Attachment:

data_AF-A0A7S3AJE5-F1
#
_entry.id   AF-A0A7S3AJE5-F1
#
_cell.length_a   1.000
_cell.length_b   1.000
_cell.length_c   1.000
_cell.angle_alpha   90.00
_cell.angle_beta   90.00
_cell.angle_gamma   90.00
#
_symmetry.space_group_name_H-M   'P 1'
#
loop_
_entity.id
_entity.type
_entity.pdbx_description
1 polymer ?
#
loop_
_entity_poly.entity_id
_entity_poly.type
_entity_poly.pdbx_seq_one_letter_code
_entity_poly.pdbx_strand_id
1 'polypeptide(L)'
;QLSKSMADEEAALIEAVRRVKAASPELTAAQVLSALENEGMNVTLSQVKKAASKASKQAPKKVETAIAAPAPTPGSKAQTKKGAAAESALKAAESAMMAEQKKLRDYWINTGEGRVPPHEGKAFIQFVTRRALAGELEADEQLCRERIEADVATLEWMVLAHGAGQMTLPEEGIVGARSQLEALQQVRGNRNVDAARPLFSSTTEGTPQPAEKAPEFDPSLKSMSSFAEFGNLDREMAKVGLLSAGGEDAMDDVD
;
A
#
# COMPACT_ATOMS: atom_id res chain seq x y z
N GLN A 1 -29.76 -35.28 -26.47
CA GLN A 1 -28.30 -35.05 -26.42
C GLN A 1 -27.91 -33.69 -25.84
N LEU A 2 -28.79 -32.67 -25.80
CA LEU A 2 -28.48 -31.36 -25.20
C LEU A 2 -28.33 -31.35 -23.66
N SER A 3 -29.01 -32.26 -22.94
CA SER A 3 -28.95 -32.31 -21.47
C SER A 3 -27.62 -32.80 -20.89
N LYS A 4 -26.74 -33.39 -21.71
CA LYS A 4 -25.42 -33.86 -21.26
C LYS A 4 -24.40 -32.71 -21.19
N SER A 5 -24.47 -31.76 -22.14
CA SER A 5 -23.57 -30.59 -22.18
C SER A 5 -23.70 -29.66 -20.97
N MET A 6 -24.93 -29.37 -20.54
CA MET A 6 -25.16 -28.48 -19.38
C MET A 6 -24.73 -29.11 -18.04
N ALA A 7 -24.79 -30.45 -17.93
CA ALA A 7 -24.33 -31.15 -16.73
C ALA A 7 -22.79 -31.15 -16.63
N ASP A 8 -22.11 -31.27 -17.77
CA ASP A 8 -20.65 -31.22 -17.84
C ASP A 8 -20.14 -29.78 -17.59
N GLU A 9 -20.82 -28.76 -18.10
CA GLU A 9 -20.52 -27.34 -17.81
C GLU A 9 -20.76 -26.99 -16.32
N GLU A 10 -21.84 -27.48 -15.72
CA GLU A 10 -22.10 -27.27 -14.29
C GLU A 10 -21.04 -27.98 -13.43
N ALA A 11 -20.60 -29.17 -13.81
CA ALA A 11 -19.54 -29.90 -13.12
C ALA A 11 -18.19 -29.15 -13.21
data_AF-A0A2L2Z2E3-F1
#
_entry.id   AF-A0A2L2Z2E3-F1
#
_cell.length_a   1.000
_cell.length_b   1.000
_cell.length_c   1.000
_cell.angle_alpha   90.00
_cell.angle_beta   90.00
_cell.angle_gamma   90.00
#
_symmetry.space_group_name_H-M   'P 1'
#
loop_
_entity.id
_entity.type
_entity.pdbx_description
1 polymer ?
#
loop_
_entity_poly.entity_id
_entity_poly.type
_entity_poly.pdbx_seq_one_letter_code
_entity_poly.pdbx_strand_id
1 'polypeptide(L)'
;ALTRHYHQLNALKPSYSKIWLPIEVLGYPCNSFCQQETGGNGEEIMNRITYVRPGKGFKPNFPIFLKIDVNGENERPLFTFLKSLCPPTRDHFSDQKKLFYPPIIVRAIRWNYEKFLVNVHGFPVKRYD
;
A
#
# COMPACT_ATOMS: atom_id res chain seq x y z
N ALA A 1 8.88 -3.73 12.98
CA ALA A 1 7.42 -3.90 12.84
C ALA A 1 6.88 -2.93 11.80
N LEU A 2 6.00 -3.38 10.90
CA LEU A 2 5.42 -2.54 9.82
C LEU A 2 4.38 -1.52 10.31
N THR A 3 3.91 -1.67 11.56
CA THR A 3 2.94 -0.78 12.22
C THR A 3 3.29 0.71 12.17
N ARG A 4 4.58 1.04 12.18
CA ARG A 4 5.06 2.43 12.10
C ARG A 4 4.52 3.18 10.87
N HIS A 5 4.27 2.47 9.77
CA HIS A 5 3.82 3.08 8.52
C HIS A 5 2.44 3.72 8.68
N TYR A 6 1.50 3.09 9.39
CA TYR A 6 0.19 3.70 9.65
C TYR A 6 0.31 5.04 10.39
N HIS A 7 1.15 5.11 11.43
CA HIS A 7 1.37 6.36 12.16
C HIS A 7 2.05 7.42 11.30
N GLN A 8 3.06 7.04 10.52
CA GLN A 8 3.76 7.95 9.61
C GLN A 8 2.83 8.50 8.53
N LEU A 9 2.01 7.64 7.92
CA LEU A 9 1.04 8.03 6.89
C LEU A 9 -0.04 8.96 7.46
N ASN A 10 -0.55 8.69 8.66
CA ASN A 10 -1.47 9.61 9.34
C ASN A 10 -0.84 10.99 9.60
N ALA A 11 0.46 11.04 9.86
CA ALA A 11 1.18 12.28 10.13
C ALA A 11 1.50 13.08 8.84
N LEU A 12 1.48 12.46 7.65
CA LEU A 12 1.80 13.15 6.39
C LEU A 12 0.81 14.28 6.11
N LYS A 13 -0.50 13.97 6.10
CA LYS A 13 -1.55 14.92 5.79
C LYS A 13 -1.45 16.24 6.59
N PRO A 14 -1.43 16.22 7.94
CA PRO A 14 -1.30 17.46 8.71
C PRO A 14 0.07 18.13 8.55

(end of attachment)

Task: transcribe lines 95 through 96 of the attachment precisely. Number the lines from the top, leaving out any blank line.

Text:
CA ALA A 1 7.42 -3.90 12.84
C ALA A 1 6.88 -2.93 11.80